Latin America, for all its third world history, and related discounted importance in the international community hierarchy, is emerging in a big way onto the global scene in terms of strategic importance. Its collective resources, populations, military, and raw economic might and forward looking potential, immense.
China sees it. Russia sees it. And the U.S. "kind of" sees it.
China wants it (strategic positioning). Russia wants it. The U.S. is "thinking" about it.
It's time to step up U.S. recognition and desire, and more importantly – action, to seize it too. The cost for not doing so being a degraded national security situation.
The two dominators in this emergence of Latin America as "strategically significant" are Venezuela and Brazil. Many may think Argentina belongs on this lofty perch, having perennially vied with Brazil for regional power, but it has recently in the last few years acquiesced and conceded that rivalry to Brazil.
Venezuela has already made it quite clear where its alignment is. Brazil is still essentially non-committed, but disturbingly beginning to drift in a Venezuelan direction. It would be wonderful if the offset dominator to Venezuela, Brazil, was a U.S. clone. Unfortunately, it's not. Brazil is not (currently) the perfect solution but it is head and shoulders the better of the two choices. The situation as some may say, is certainly not ideal. Rather, it is what it is. The U.S. must accept the cards it's been dealt and choose one, and then make the best of it, having no choice but to.
This article makes the case that Venezuela is creating an increasing threat to the U.S. both by its own actions but too even more disturbing, acting as the key access point, gatekeeper and/or door opener for China and a resurgent Russia to infiltrate and dominate Latin America. Both countries are aggressively exploiting this open door, and thus increasing the threat to U.S. national security.
Thus the need for the U.S. to wake up and counter that powerful inertia by aligning with a Latin America power player who may not necessarily be totally warm to the U.S., but who, unlike Venezuela, practices some if not a much larger degree of sensibility in terms of "generally" thinking "Country, not President", first. The emerging potential challenge to civilian rule in Brazil vis-à-vis rise of the military, certainly disconcerting and why action to help stem that possibility, being critical now. In effect, a generally rational country "at the moment", one who with prudent and responsible actions, the U.S. can negotiate and partner with towards a goal of win-win results.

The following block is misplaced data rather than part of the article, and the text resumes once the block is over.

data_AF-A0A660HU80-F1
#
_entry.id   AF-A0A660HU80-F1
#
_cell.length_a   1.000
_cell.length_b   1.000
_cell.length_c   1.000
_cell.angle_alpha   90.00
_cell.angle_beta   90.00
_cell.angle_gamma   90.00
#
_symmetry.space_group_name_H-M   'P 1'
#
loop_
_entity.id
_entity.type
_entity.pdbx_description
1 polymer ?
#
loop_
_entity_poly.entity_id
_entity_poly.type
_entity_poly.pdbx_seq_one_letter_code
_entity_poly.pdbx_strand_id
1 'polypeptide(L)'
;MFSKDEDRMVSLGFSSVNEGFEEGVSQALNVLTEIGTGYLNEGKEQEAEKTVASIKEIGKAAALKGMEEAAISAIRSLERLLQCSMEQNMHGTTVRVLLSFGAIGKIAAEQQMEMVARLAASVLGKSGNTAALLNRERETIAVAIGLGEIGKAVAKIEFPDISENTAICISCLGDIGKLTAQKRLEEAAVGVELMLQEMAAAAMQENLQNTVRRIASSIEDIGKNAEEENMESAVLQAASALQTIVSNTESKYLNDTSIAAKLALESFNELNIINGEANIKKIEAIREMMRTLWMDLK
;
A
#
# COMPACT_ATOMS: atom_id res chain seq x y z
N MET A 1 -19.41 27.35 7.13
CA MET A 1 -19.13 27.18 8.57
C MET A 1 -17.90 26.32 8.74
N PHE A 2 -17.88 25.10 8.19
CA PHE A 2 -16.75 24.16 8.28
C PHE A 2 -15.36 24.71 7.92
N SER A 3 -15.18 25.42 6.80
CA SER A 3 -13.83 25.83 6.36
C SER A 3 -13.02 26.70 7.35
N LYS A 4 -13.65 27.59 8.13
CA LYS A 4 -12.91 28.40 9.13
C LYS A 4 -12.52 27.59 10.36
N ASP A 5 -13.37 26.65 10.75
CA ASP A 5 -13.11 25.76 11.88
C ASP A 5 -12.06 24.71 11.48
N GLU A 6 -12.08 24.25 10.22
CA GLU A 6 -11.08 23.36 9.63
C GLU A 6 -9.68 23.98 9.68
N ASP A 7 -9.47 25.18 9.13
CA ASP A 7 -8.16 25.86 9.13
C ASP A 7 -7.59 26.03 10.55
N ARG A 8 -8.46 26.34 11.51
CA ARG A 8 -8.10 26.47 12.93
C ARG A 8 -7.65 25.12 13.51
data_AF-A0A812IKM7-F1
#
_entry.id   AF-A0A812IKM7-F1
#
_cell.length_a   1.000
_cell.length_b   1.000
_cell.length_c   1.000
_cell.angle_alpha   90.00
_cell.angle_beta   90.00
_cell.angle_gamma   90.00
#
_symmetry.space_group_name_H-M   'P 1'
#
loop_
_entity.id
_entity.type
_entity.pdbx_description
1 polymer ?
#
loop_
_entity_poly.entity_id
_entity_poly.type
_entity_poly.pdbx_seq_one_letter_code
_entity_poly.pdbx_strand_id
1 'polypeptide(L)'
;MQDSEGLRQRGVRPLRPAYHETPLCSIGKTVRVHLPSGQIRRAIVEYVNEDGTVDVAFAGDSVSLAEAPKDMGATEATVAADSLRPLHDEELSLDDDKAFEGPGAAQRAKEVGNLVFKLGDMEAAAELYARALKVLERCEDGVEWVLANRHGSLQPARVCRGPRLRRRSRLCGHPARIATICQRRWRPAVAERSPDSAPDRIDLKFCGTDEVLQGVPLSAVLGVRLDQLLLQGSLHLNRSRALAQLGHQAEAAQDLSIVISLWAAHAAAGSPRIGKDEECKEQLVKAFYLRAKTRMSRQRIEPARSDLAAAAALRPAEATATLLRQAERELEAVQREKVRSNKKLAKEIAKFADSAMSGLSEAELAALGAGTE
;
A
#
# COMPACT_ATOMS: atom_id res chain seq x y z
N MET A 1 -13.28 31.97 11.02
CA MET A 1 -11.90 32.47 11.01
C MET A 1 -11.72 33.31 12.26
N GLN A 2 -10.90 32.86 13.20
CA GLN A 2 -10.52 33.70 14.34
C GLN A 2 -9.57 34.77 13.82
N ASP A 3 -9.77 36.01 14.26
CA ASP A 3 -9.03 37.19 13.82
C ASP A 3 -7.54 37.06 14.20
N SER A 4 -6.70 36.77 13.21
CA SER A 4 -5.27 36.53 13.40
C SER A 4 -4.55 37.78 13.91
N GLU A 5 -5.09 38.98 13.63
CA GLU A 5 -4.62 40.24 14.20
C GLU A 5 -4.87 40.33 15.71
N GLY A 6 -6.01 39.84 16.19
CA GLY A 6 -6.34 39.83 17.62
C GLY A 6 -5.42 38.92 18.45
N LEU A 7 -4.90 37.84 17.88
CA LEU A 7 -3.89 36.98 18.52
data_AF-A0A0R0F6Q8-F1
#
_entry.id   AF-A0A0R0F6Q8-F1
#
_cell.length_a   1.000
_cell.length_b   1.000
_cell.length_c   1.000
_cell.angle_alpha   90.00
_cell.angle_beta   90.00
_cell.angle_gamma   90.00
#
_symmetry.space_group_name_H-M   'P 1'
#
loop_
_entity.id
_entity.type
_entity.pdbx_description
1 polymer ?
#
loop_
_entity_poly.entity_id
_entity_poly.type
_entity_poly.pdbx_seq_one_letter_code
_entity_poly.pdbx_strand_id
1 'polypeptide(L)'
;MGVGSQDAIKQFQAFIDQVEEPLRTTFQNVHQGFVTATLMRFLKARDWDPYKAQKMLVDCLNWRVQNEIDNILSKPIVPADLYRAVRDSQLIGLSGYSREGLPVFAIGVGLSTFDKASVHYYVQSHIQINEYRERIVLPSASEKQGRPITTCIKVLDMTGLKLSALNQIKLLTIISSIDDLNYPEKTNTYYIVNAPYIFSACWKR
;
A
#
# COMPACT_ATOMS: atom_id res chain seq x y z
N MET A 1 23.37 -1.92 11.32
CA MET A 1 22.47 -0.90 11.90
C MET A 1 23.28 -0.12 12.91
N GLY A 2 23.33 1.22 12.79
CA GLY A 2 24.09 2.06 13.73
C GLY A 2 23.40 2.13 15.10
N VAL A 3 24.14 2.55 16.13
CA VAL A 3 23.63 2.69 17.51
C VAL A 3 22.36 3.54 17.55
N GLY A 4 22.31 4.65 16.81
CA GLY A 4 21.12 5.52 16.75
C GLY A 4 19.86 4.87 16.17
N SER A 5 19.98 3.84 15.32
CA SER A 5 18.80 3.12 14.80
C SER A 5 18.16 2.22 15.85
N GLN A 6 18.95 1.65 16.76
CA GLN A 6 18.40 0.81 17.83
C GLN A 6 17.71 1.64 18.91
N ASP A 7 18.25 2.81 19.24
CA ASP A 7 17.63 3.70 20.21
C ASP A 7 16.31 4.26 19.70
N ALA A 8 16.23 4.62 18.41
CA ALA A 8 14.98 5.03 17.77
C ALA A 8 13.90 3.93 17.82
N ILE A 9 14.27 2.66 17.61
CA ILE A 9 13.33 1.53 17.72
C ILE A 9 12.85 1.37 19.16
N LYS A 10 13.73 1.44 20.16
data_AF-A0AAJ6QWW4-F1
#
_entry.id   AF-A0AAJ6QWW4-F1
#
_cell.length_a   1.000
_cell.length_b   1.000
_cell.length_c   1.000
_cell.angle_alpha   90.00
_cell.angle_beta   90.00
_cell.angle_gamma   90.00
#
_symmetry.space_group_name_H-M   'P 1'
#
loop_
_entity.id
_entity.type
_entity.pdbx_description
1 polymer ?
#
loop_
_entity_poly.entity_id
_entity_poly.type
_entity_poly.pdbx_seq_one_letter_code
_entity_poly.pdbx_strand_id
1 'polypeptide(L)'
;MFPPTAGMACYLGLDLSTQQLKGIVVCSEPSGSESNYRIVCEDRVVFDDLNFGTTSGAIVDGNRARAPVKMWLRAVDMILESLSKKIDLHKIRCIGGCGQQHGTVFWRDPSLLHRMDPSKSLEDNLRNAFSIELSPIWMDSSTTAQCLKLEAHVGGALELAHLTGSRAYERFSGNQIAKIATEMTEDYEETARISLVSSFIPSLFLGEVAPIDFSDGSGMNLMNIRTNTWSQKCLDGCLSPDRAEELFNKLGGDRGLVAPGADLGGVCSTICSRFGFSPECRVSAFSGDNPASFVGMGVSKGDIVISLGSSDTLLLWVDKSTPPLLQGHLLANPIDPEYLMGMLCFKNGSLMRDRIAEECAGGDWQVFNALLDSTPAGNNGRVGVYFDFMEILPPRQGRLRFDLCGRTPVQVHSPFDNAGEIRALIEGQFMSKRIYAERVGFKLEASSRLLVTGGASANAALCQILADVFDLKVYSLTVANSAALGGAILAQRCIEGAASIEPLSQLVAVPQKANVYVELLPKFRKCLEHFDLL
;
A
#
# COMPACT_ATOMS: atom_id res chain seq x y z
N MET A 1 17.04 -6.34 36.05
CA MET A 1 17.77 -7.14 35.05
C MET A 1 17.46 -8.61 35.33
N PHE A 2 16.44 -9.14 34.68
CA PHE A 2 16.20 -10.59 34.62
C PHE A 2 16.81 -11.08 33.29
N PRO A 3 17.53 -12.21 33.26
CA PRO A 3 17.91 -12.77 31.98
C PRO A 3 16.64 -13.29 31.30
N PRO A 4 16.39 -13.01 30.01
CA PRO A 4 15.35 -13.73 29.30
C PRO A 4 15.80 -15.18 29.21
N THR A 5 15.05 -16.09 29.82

The strategic focus then is on Brazil. Again, this will be no easy feat navigating the current ideological and attitude differences between the U.S. and Brazil, particularly Brazil towards the U.S.. But with a newfound approach to all countries in terms of understanding and factoring how they really think and behave, and therefore understanding that Brazil is not the U.S. as the Analyst made the similar case in the previous article on Pakistan, a respectful and results driven dialogue can be established for the common good.
The U.S. is currently strong in Columbia and to a degree militarily in Paraguay, the latter relationship rubbing Brazil the wrong way but still pivotal anchor points from which the U.S. can strengthen strategic Latin American positioning by now wooing the key strategic blocking piece in the triad - Brazil.
Before this article gets into the filing of divorce papers on Venezuela and notarizing the marriage license with Brazil, clearly a marriage of (difficult and challenging) convenience, certainly not love or romance, it seems opportune to preview a technology need to help with just this kind of national security strategic decision making.
A real time, robust video "Display of U.S. National Security". One which obviates and makes obsolete those daily, burdensome, paper laden data dump briefings by the National Security Advisor to the President. Does it exist? Maybe, maybe not.
If it doesn't exist, it should. If it does, this Analyst would suggest it might look something like this. A full wall size video screen showing the entire globe, with each country either lighted green, yellow or red. Call it the National Security (System) Screen (NSS). The presentation themed/displayed in two ways:
1) A Global "Map" by Country - An electoral voting red/blue state map type look, but uniquely possessing comprehensive and robust national security decision making information behind each country and region.